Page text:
Dear All in the church family at All Saints and St Michael’s
As you will know by now, we are not able to meet together on Sundays – and I know we will all miss being together as the body of Christ. There is a short video message from me on the church website which you may like to watch, Here
Everything feels strange and I do hope and pray that you are all coping with the challenges. There is a Trull Community Support Group established to help with people’s practical needs and care. We will not have an online service up and running for tomorrow from All Saints – we hope to have something by next week, so can I encourage us instead to listen in the Archbishop of Canterbury’s Morning Service which will be broadcast at 8.10am tomorrow morning on BBC Radio 4.
A Call to Pray
This Sunday has also been declared a National Day of Prayer. Instead of meeting in our services, can I encourage you to spend some time in prayer on Sunday for the nation and the world. Later next week some pointers for prayer will be available – but in the meantime, perhaps use the sentences of the Lord’s Prayer as a springboard for our prayers to bring our thanks, our confession, and our requests before the Lord.
A Prayer from the Diocese of Bath and Wells:
We pray for all those who are suffering because of the coronavirus, may they know your healing power.
When we are afraid for ourselves and our loved ones, give us your strength and courage.
When we feel alone and isolated, reassure us with a sense of your presence.
Give wisdom to those in authority and may our community work together for the good of all.
We give thanks for those who care for others and ask you to bless them in all they do.
We ask this in the name of Jesus, healer and physician.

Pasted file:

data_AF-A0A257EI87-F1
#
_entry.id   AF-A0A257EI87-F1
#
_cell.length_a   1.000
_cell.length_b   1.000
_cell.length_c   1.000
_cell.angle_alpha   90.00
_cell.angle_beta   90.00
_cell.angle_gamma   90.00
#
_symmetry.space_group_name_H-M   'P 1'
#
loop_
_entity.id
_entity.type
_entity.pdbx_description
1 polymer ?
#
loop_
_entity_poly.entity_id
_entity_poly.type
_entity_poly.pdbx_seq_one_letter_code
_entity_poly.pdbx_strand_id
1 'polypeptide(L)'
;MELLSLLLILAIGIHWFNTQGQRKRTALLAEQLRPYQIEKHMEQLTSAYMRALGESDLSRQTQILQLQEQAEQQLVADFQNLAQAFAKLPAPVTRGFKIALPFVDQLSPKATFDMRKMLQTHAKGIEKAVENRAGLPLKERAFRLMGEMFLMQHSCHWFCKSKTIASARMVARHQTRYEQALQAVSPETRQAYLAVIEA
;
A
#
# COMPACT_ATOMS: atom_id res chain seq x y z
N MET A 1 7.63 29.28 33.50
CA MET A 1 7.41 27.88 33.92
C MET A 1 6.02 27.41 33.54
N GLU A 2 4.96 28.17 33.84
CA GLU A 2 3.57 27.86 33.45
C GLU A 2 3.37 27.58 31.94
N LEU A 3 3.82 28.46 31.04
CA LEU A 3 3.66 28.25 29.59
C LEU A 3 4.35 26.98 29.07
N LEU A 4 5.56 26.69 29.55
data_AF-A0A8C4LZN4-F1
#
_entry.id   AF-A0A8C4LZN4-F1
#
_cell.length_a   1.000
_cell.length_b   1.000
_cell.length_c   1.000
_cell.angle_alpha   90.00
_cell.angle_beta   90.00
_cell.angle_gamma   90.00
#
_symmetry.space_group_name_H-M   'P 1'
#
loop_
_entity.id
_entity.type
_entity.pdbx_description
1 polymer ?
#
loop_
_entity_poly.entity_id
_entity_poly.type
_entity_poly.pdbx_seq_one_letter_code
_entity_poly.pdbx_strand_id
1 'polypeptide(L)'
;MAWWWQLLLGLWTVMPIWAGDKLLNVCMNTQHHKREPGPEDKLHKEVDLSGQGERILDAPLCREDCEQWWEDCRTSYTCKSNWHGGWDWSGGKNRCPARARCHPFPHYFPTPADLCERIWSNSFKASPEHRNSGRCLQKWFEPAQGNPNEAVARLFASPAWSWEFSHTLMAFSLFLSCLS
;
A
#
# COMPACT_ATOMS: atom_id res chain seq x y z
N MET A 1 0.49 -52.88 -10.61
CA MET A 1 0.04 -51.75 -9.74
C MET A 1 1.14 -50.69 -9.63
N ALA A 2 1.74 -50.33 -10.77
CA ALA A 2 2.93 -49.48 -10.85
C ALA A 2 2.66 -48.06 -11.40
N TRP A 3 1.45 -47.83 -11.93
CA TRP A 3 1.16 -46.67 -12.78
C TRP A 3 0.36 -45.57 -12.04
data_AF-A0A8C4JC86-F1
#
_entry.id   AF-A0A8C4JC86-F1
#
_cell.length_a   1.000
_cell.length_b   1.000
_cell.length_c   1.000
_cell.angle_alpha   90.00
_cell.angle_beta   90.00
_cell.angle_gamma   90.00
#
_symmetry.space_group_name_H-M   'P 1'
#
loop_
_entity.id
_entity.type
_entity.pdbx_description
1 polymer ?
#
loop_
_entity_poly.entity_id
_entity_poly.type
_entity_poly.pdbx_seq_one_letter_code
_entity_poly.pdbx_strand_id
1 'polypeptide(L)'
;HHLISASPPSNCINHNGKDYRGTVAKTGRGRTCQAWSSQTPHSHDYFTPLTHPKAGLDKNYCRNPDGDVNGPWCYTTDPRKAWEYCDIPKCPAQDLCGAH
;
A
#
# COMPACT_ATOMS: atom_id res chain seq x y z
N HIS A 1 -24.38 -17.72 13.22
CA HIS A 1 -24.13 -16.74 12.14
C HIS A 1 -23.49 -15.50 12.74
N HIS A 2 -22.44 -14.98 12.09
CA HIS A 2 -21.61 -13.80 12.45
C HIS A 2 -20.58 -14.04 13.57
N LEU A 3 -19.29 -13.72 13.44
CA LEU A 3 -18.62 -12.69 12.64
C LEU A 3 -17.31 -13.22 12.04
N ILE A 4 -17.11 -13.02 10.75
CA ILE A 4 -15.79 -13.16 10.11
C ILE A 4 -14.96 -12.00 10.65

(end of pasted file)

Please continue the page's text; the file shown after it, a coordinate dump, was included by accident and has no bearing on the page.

The following suggestion has also been made to Christians across the nation:
‘As one action, we are calling on everyone to place a lighted candle in their window at 7.00pm as a sign of solidarity and hope in the light of Christ that can never be extinguished’.
Perhaps I can encourage us to take our responsibility to pray at this time very seriously. It is unsettling, disconcerting and humbling to see how the whole world has been brought to a stand-still. Our human confidence and strength is very fragile. I am aware that my own plans have had to be set aside in so many ways – can I encourage us to use that as a prompt to pray to the Lord at this time. Some of us are perhaps busier than normal, but I imagine many of us now have the chance to decide how to spend some of the unexpected extra time we have. As an old king of Israel once prayed “O LORD, God of our fathers, are you not the God who is in heaven? You rule over all the kingdoms of the nations. Power and might are in your hand, and no-one can withstand you…We do not know what to do, but our eyes are upon you.” (2 Chronicles 20v5 and v12)
In situations like this the instincts of previous generations of believers have always been to humble themselves in repentance and prayer. Let’s follow their lead.
With love in Christ to you all,